Over the last 5 years I've travelled a lot and I'm generally a happy flyer but there are aspects of air travel that get me stressed as well (and this year alone I'll be on more than 20 trips/50+ individual flights). There are simply many aspects of the process of air travel that do not lend themselves to feeling calm and comfortable.

I am happy to arrive at airports with minimum lead time but even I get anxious if i am running late travelling to the airport or if the first leg of a journey is delayed and I may miss my connection so I'll nth the allow as much time as you need to feel comfortable.

Give some consideration to your clothes on the day of travel and the number of bags and weight of your hand luggage. It makes a massive difference how quickly and easily you can get through security, move from one end of the terminal to the other etc. For me less is more. Also consider what you put in what bag, if you have more than one, so the items you want to have accessible are not in the bag in the overhead locker.

If you have to wait pay for lounge access or find a more upmarket restaurant/bar and a quiet niche therein. Treat yourself to a nice beverage or nice, light small snack. You'll feel much more human in the more civilised environment whilst you wait.

If you suffer from motion sickness have and take appropriate medication - I get motion sick at the slightest turbulence so I get stressed if I've forgotten (to take) my pills.

Avail yourself of online check-in/early check-in/seat selection options and pick a seat that gives you what you want/need. For me, I am a large person and on a short haul flight I like to sit by the window because I can lean over to the side of the plane and feel less like I am encroaching on the person next to me. I also like to look out of the window.

On a long haul flight it is also important for me that I can get up without disturbing too many people. So I'll try to have only one person next to me, not two. And of course you can throw money at the problem.

If you can afford it, premium economy/business class takes a lot of the strain out of flying. For short haul being physically uncomfortable in a tight space and too close for comfort to random strangers is bad but bearable. For long haul flights I try not to fly economy using my airline status or even paying, if I have to. It turns out that I feel a lot better while flying and on arrival if I have enough space and do not have to tolerate my personal space being invaded by random strangers for hrs on end.
posted by koahiatamadl at 11:01 AM on May 24, 2015 [1 favorite]

My flying experience changed completely when I made two small investments:

1) One of those cheap neck pillows they sell at the airport
2) A decent sleep mask off Etsy, as opposed to those tissue-thin ones they used to give you on the plane (and they probably don't even give you that anymore)

For me, I coupled these two things with "earplug"-type earbud headphones, and I went from never really being fully asleep on a plane, to passing out like I was in my own bed.

(Of course, everyone's experience is different, and if you're having serious anxiety and discomfort around this, that's what medication is for.)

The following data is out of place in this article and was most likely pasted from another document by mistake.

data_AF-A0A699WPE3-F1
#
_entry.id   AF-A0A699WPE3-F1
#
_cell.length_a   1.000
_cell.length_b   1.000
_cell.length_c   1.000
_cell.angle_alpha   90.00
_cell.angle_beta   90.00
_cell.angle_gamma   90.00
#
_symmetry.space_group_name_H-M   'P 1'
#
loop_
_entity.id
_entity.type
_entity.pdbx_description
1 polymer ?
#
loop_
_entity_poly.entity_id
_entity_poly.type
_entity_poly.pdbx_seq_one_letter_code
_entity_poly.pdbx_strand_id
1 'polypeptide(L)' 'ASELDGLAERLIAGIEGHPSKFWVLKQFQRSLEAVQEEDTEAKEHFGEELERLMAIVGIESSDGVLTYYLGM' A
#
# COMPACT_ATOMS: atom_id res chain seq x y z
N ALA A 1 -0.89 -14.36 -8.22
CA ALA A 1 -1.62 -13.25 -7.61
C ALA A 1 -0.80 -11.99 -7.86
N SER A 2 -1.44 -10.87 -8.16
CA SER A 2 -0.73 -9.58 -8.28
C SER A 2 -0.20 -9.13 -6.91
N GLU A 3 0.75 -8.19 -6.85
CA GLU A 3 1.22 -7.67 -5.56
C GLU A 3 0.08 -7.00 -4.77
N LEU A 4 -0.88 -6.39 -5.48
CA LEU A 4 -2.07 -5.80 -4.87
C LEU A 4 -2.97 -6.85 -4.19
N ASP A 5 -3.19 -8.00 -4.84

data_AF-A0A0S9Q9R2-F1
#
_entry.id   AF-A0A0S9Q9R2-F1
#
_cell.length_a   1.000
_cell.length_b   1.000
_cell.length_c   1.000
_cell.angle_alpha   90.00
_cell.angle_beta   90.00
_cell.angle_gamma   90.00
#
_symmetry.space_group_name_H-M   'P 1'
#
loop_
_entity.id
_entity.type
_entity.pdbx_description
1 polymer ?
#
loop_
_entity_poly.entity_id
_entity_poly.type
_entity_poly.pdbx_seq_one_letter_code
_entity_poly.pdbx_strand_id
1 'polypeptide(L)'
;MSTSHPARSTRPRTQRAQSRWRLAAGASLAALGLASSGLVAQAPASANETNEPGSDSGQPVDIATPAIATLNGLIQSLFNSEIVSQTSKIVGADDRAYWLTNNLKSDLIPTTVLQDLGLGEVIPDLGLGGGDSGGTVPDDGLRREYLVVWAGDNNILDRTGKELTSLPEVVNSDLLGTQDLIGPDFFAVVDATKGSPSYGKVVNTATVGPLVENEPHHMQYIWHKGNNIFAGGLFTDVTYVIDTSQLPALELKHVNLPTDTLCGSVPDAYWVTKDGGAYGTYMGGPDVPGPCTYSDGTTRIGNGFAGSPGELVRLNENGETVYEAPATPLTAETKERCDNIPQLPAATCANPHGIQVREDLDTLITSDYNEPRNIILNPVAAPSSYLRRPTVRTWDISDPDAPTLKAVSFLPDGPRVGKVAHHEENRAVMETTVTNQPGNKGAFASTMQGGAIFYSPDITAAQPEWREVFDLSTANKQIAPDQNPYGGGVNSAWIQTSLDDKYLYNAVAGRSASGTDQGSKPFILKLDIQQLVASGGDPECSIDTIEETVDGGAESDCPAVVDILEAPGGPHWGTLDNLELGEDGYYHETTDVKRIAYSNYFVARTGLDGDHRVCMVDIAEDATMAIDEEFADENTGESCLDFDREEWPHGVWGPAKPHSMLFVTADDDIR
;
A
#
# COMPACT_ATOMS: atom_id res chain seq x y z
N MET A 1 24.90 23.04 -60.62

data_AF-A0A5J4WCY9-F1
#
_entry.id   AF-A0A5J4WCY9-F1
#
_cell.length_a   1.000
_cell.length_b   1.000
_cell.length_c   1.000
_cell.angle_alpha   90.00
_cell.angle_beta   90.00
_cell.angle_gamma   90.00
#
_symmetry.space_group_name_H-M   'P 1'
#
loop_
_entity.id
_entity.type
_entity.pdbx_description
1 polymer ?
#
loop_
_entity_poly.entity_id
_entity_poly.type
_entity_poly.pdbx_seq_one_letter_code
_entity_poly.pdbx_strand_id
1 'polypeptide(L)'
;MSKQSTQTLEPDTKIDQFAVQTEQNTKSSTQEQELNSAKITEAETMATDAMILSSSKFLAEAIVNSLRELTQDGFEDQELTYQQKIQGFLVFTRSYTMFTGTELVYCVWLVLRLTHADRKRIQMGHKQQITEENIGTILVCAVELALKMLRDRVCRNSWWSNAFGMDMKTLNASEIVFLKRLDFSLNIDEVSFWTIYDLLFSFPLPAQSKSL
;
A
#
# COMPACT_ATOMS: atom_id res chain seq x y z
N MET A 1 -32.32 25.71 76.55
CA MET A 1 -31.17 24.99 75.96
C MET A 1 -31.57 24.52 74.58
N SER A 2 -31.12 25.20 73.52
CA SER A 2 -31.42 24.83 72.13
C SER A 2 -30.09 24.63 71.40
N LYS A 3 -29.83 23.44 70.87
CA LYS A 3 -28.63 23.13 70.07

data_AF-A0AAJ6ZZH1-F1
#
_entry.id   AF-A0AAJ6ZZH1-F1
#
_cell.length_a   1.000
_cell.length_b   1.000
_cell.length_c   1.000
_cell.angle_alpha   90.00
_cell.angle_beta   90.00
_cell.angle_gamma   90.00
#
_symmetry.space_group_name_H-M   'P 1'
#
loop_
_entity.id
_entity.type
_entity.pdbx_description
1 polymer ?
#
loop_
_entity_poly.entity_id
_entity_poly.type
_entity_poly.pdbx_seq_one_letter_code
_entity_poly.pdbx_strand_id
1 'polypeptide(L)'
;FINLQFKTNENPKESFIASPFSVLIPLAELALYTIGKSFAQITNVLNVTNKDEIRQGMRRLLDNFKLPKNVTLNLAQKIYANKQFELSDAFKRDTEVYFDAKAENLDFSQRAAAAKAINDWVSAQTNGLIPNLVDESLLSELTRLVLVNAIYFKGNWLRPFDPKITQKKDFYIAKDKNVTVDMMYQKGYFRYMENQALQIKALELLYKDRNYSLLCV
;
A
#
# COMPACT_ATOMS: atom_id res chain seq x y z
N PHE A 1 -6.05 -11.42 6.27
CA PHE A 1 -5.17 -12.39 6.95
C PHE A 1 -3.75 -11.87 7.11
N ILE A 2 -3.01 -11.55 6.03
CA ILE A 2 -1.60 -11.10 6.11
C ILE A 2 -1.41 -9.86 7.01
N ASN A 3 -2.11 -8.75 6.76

posted by drjimmy11 at 11:43 AM on May 24, 2015 [1 favorite]

I always get an aisle seat. It can be a pain in the ass when you're on a budget trying to plan flights requiring a plane change, but it does help a lot with that "squished in" feeling.

Trashy magazines. As much as I'd like to lose myself in a good book for the duration of the flight, anxiety makes it hard for me to concentrate. I always pick up a couple of gossip rags for the flight, as they are interesting enough to keep my mind off the flight but don't require any kind of attention span whatsoever. I never read them any other time except when I fly.

I try not to eat a big meal before I get on the plane, but I make sure to take a couple of snacks on the plane with me so I can nibble enough to keep my stomach settled.
posted by Serene Empress Dork at 2:36 PM on May 24, 2015 [1 favorite]

Giant yes to spending more money to get a direct flight. I never fly connections anymore, but a few months ago I had to, and it was 10x the stress. I'm never doing it again.

A few other small things that have helped me:

This little foot rest shelf. Being able to rest my feet at a correct height makes a HUGE difference to my physical comfort in those seats. This little guy takes up no space at all and is incredibly helpful.

an iPad mini with plenty of engrossing (but not aspirational! This is no time to try to get through Tolstoy) books and rented TV episodes, movies etc, obviously with a decent pair of earbuds.

Self-permission to spend money to buy a treat/meal to bring on board.
posted by fingersandtoes at 4:49 PM on May 24, 2015

Lots of the above tips have worked for me (aisle seat in particular). I also just get up and have a little stroll whenever I feel like it (and it's allowed, obviously).

I try to let myself get into the movies on offer.

I actually do read the safety brochure a few times, so I feel like I won't be running around like a chicken if it comes to it.

I'm on board with making things convenient and giving myself lots of time, that makes things lovely and relaxed (and yeah first class is a treat if you can swing it or luck into it). However, thinking about the times I've been least anxious, it's been when I've been too tired to care because I had to get up at stupid o'clock, or not slept at all, to make a stupid o'clock flight. That is probably not the ideal way to go, though. But early morning and overnight flights tend to be more chilled out, ime.
posted by cotton dress sock at 9:35 PM on May 24, 2015 [1 favorite]